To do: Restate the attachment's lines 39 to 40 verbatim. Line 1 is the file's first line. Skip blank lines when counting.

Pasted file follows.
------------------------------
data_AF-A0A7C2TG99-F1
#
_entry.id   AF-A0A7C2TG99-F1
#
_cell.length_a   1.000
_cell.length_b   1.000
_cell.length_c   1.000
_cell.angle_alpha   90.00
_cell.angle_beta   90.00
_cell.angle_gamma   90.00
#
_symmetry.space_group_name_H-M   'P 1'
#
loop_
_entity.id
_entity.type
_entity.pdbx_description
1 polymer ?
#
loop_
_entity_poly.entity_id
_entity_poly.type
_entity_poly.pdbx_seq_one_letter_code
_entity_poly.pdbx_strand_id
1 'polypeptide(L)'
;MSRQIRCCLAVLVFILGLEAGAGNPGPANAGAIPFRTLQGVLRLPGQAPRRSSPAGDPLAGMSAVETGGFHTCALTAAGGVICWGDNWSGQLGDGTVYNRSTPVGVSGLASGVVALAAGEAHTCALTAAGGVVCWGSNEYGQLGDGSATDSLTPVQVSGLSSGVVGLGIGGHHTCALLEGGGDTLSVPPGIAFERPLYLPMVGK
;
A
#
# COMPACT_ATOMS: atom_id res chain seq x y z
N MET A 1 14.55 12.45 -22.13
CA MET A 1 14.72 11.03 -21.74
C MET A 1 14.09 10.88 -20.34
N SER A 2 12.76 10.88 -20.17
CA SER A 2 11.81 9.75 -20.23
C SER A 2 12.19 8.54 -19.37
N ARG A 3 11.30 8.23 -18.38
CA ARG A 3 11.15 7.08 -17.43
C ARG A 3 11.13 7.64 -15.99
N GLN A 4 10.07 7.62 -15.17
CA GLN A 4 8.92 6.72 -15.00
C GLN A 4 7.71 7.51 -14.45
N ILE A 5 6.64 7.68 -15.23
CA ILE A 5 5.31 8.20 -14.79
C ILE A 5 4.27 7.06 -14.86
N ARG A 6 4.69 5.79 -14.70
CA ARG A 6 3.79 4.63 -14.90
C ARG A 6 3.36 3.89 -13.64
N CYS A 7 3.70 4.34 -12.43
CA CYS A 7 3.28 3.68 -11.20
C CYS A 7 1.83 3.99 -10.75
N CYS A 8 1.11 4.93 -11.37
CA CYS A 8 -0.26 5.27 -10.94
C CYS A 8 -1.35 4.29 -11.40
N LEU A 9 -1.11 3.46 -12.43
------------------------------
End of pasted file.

C ARG A 3 11.13 7.64 -15.99
N GLN A 4 10.07 7.62 -15.17